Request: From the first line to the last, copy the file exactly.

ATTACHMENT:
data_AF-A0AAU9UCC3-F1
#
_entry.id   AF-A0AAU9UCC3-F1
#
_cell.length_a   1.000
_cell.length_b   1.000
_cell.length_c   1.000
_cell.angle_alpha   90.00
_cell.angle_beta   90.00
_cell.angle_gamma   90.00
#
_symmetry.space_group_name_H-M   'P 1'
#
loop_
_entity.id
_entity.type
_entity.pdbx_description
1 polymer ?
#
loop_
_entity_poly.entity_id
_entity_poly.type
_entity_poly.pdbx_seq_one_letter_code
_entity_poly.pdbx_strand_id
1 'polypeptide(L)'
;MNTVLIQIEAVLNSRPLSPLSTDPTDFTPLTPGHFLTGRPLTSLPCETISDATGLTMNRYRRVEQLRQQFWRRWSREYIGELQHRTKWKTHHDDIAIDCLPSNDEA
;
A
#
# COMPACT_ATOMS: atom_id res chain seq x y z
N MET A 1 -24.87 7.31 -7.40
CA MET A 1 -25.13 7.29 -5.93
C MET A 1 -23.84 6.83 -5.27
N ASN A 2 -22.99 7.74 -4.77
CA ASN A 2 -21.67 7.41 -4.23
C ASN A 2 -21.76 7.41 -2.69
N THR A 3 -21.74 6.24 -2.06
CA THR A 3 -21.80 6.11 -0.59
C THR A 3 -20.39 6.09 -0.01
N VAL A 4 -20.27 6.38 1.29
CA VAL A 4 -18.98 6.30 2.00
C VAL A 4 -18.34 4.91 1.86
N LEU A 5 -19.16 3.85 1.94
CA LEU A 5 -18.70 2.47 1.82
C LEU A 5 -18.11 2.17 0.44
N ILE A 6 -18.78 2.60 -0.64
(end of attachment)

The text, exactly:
data_AF-A0AAU9UCC3-F1
#
_entry.id   AF-A0AAU9UCC3-F1
#
_cell.length_a   1.000
_cell.length_b   1.000
_cell.length_c   1.000
_cell.angle_alpha   90.00
_cell.angle_beta   90.00
_cell.angle_gamma   90.00
#
_symmetry.space_group_name_H-M   'P 1'
#
loop_
_entity.id
_entity.type
_entity.pdbx_description
1 polymer ?
#
loop_
_entity_poly.entity_id
_entity_poly.type
_entity_poly.pdbx_seq_one_letter_code
_entity_poly.pdbx_strand_id
1 'polypeptide(L)'
;MNTVLIQIEAVLNSRPLSPLSTDPTDFTPLTPGHFLTGRPLTSLPCETISDATGLTMNRYRRVEQLRQQFWRRWSREYIGELQHRTKWKTHHDDIAIDCLPSNDEA
;
A
#
# COMPACT_ATOMS: atom_id res chain seq x y z
N MET A 1 -24.87 7.31 -7.40
CA MET A 1 -25.13 7.29 -5.93
C MET A 1 -23.84 6.83 -5.27
N ASN A 2 -22.99 7.74 -4.77
CA ASN A 2 -21.67 7.41 -4.23
C ASN A 2 -21.76 7.41 -2.69
N THR A 3 -21.74 6.24 -2.06
CA THR A 3 -21.80 6.11 -0.59
C THR A 3 -20.39 6.09 -0.01
N VAL A 4 -20.27 6.38 1.29
CA VAL A 4 -18.98 6.30 2.00
C VAL A 4 -18.34 4.91 1.86
N LEU A 5 -19.16 3.85 1.94
CA LEU A 5 -18.70 2.47 1.82
C LEU A 5 -18.11 2.17 0.44
N ILE A 6 -18.78 2.60 -0.64